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MathBait™ Multiplication

Count This

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In this short activity, students authentically develop an understanding of the importance of systematic exploration in order to ensure completeness.


Resource Type


Primary Topic

Primes & Factoring







The goal of this activity is to help students see how a systematic method is helpful for organizing information.

Provide students with a collection of small items such as a handful of M&Ms, number cubes, or paperclips. We recommend providing somewhere between 25 and 50 items. Lay them out on a table and ask students to count the items. Watch for strategies such as clever grouping. (For more on this, check out Marco the Great and the History of Numberville).

Some great strategies are making groups of 5's or 10's and skip counting. Allow students to share their different strategies.

Next, provide students with a new group of objects (it can be the same items, but should be a different quantity). Make sure to scatter them a bit on the desk/table in front of students and announce they will not be able to touch the items this time. Ask students to determine how many objects are in front of them.

Students will find the task more difficult without the ability to organize the items. Allow students to share their strategies for counting the total without the ability to sort or group.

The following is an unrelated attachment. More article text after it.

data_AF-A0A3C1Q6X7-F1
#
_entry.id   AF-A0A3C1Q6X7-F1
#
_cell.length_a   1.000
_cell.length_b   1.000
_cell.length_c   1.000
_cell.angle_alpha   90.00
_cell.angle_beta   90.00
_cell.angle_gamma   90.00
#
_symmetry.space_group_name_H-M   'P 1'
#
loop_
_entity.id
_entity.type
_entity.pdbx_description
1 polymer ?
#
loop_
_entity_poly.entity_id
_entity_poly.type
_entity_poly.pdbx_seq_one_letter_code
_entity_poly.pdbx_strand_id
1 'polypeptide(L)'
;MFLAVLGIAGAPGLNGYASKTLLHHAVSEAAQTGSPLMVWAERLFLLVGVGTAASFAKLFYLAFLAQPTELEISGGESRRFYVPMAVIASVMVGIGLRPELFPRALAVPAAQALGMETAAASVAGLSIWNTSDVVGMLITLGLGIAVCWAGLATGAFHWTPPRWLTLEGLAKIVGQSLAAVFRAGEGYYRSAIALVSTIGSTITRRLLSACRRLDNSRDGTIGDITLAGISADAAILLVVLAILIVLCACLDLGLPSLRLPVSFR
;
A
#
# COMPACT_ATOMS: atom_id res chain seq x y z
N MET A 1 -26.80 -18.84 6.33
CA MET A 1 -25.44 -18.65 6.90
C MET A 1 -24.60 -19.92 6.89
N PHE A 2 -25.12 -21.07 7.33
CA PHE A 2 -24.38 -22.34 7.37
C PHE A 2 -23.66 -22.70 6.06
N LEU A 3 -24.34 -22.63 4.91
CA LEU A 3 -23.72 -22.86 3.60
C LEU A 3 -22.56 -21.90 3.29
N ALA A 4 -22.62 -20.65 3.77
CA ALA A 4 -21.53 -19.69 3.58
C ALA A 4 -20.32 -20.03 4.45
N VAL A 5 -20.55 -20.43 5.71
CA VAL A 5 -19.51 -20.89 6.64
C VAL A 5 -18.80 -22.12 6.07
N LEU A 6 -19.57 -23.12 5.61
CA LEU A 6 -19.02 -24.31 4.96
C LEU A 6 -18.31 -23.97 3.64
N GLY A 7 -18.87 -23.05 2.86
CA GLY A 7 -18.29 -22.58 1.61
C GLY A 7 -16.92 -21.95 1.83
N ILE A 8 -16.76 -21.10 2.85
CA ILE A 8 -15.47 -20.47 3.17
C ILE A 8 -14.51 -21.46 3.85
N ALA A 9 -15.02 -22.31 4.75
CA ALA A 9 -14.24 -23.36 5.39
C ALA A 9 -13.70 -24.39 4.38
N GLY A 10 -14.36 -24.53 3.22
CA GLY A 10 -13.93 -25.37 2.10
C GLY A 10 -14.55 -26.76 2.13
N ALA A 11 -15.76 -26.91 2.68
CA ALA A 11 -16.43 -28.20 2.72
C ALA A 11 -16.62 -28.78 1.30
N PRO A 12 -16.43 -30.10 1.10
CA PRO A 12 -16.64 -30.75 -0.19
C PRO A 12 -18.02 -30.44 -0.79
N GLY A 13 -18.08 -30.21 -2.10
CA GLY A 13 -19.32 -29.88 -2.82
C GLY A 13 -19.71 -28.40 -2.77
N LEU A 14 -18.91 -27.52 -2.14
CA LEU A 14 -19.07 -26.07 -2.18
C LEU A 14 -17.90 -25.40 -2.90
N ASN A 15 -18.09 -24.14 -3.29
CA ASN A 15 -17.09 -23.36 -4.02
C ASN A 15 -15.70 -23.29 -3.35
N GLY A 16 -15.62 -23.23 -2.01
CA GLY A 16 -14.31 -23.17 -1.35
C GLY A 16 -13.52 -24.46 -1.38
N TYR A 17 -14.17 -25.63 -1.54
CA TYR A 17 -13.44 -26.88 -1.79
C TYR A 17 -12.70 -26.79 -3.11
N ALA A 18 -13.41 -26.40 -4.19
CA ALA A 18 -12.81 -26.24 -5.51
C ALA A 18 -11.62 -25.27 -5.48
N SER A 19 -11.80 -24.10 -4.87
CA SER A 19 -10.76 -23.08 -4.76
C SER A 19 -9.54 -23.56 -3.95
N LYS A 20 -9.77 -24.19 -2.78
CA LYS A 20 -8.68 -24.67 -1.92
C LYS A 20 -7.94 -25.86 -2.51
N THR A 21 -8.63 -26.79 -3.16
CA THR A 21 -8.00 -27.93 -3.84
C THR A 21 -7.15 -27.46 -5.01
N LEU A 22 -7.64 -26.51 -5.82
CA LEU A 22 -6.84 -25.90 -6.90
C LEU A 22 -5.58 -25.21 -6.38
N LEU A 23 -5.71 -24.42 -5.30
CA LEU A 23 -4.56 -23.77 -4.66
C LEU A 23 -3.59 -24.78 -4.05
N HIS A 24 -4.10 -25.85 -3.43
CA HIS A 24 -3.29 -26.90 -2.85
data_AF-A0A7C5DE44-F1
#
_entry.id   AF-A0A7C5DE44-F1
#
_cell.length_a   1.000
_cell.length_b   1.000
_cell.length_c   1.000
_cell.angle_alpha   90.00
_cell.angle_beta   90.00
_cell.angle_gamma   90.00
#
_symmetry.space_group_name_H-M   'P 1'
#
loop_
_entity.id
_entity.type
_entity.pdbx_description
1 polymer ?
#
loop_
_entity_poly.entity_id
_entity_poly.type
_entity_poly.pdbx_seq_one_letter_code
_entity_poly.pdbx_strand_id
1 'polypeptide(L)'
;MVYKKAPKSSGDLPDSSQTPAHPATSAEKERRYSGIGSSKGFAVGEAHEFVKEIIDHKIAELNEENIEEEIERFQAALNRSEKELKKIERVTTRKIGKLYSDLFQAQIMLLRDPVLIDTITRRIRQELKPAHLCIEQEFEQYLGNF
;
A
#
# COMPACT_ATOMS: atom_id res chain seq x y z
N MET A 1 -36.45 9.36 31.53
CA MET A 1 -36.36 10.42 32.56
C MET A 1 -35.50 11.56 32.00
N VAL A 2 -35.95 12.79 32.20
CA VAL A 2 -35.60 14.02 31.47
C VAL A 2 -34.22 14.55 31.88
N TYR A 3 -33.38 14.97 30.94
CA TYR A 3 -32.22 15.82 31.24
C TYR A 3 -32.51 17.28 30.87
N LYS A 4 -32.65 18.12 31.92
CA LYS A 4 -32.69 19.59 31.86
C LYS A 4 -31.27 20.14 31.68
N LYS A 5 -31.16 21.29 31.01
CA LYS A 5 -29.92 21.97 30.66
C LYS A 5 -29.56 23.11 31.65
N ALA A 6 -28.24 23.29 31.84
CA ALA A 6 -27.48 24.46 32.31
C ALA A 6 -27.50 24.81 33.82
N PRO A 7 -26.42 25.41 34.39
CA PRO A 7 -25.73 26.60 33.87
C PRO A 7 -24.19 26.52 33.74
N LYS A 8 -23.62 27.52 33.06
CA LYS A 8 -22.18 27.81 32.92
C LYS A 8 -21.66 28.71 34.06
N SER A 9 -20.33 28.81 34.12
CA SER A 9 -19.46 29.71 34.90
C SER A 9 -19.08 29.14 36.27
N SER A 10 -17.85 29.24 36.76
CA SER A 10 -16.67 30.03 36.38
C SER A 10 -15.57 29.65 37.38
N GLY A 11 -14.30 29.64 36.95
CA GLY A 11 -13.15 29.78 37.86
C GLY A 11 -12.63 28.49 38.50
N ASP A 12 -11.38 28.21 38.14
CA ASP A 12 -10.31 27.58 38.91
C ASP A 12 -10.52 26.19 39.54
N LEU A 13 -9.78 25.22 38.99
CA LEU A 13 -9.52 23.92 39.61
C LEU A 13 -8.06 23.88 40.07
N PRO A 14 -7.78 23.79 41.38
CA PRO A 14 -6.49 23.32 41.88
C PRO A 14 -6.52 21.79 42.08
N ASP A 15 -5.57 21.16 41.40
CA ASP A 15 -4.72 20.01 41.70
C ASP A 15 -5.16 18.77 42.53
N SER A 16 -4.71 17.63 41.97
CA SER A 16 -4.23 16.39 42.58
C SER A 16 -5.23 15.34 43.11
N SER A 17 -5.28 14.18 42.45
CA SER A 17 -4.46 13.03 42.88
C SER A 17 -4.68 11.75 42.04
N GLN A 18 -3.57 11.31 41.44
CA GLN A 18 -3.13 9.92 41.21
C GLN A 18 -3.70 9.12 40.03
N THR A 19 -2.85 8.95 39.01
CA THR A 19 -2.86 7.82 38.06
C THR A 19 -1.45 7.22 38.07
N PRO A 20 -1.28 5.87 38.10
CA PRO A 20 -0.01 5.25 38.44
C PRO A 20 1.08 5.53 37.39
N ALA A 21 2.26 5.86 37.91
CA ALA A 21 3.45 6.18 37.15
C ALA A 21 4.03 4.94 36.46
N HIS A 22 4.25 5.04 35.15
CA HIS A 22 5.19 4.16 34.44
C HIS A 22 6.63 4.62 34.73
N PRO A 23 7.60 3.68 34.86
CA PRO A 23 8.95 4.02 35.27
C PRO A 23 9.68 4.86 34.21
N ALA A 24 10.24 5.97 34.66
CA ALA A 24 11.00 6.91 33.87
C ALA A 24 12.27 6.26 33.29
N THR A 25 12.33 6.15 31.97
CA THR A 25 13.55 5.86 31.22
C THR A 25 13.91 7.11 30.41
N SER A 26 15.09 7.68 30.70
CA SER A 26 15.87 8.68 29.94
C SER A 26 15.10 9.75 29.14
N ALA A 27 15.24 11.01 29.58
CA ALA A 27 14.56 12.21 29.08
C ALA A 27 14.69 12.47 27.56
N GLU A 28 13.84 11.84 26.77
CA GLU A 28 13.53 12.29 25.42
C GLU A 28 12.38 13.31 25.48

Conclude the activity by asking students the following questions:

  • How did you know you counted all the items each time?

  • What strategies made it easier to count the items?

Both parts of this activity parallel the struggle in finding factors. In the first part, when students could touch the items, organizing into smaller groups was helpful as it is easier to make sure each group has 5 or 10 and then skip count to find the total. This strategy will be important in factoring: we want to use what we know to help us find all the factors.

In the second part, we couldn't touch the items. The lesson to learn here is the importance of a systematic approach. Counting one on the top, then one on the right, then one over here, then one over there will make the task impossible! Most students will likely approach by moving in one direction as they count. Highlight the strength of this method. When we factor, it will be helpful to start with the smallest building blocks and move up systematically to ensure we counted every option.

Conclude the activity by reminding students that staying organized will help us to make sure we don't miss anything.

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